• Alek, foreign affairs are not just a function of money and oil. Besides, if anything, an opposition government will be *less* inclined to use oil money as a diplomatic tool than the current one. Once we cut off all those co-dependent countries, we’re going to need all the friends we can get. There is a role for ideological affinity and/or personal chemistry in international relations.

    • Although Gustavo Lopez’s comments sound (and are in a way) short-sighted, they are also quite pragmatic. Everyone abroad, except for a few Hispanic Studies college professors, knows that Chavez is a bad person. He has been vilified abroad and rightly so, but people abroad don’t vote. The levers of power necessary to oust Chavez and elect an opposition government are in Venezuela, not in Washington or London or anywhere else. Although there is nothing wrong with informing a foreign audience about what is going on in Venezuela, the objectives one must achieve are within the country and until a significant majority of Venezuelans decide to cast their vote in favor of a non-PSUV candidate, it really doesn’t matter how well-informed foreign audiences are about Chavez’s misdeeds.

    • I think you guys are confused.

      It’s activists’ jobs to bring down the government. Journalists/commentators’ jobs are different: to deepen people’s understanding of reality.

      Gustavo López is right: if you’re an anti-Chávez activist, writing in The New Republic is about as much use as an ashtray on a motorcycle.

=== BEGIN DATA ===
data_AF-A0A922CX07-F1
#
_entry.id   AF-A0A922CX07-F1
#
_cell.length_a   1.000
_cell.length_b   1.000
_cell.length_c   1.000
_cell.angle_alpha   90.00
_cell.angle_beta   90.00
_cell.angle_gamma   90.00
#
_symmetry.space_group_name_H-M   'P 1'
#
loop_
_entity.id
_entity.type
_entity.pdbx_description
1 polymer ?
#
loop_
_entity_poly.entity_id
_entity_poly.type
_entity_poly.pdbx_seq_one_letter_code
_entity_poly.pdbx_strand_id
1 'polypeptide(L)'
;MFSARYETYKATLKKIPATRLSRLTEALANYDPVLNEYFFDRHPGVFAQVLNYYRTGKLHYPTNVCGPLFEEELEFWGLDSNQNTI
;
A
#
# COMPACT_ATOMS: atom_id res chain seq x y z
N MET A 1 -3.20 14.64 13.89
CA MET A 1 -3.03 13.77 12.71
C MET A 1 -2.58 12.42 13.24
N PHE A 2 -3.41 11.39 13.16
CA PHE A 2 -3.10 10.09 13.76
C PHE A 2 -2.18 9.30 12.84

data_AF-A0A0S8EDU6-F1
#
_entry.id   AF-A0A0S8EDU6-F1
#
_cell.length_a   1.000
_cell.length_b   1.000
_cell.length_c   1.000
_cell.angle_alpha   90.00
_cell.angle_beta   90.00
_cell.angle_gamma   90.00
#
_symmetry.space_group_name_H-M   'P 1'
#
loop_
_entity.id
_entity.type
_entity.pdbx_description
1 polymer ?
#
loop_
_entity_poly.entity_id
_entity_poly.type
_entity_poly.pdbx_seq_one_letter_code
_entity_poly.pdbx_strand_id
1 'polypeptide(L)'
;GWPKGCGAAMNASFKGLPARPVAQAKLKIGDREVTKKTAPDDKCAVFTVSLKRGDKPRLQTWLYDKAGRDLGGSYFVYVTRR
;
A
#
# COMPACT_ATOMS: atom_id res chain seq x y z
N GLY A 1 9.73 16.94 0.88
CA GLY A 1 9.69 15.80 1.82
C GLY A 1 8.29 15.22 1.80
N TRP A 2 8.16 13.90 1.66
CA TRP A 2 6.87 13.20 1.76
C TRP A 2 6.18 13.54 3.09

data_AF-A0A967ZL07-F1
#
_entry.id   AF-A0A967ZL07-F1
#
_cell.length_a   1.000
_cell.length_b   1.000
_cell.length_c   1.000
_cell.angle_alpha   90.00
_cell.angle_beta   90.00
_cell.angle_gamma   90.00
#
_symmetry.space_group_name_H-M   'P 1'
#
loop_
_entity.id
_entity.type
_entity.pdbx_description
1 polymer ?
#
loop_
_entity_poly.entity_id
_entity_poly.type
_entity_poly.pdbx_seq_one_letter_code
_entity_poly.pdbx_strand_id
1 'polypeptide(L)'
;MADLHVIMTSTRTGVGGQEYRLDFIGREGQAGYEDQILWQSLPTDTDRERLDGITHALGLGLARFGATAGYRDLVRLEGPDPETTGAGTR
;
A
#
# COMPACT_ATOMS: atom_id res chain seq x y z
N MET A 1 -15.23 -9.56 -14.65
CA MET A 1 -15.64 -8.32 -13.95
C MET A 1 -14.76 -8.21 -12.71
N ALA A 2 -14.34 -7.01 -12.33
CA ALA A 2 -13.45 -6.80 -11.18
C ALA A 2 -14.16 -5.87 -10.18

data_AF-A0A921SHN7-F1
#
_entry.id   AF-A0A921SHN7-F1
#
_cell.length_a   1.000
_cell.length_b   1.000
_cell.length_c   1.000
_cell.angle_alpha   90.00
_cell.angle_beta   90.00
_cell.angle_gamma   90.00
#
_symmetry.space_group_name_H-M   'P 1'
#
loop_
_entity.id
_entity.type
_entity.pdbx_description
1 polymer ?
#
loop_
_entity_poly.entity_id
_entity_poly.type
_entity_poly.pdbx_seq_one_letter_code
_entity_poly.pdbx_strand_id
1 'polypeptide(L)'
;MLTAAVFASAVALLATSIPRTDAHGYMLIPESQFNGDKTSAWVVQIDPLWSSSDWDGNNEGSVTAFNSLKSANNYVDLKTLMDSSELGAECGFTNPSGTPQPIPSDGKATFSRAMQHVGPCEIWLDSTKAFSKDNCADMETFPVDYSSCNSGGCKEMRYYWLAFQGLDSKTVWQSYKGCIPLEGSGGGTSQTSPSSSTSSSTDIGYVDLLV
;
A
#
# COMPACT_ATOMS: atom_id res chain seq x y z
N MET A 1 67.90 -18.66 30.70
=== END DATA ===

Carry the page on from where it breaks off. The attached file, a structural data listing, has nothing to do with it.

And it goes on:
I’m not (only) an anti-Chávez activist.

    • Well sure but when I’m writing in The New Republic I have a responsibility to my readers there to inform and guide them.

      This blog can be as subversive as we want to make them, but TNR pays me a fee to explain to their readers what’s happening in Venezuela.

    • Juan, I didn’t mean to say that the oppo will mis-spend oil money as Chavez has done. We don’t need to. There are going to be sooo many opportunities in Venezuela, and in Cuba, where the clownish dictators are ousted, that many people/companies/countries are going to be falling over themselves to get a piece of the action. My point is, we don’t need to get TNR readers to warm to us, by bashing the opposition, in order to guarantee the recovery of our country.

  3. I would this say about Tarre, only that perhaps he is more exhilarated by the ego boosting of a mutual admiration society than he is by facing his own errors or even the simple the debate of differing views.But I am happy to see he disagrees with you on this one.

    Some in the opposition have implicitly accepted the Chavista thesis that whatever shortcoming Chavez may have he is still an improvement on the old. Once you accept this any relationship with the old becomes radioactive, and undermines the UNITY of the opposition.This seems to one one of the main tactics of keeping Chavez in power.

    Whether or not something is misleading depends on the point of view of the reader.If the reader is able to go beyond the written word and reason for himself then or not? Chance has it that most will not, which means that your pitting of the old guard against the new will loom larger in their minds than perhaps a more objective view.

    The Old Guard and the New Guard are not as far apart as you would suggest they are.Both simultaneously exist, and not in a vacuum but in a reality so intertwined as to be virtually inseparable at some points .If you do not see that, then you are denying some or all of the following:

    1.the old is still a part of our present consciousness to the extent and ways that we incorporate it
    2. the new does not always mean better, the old is not always better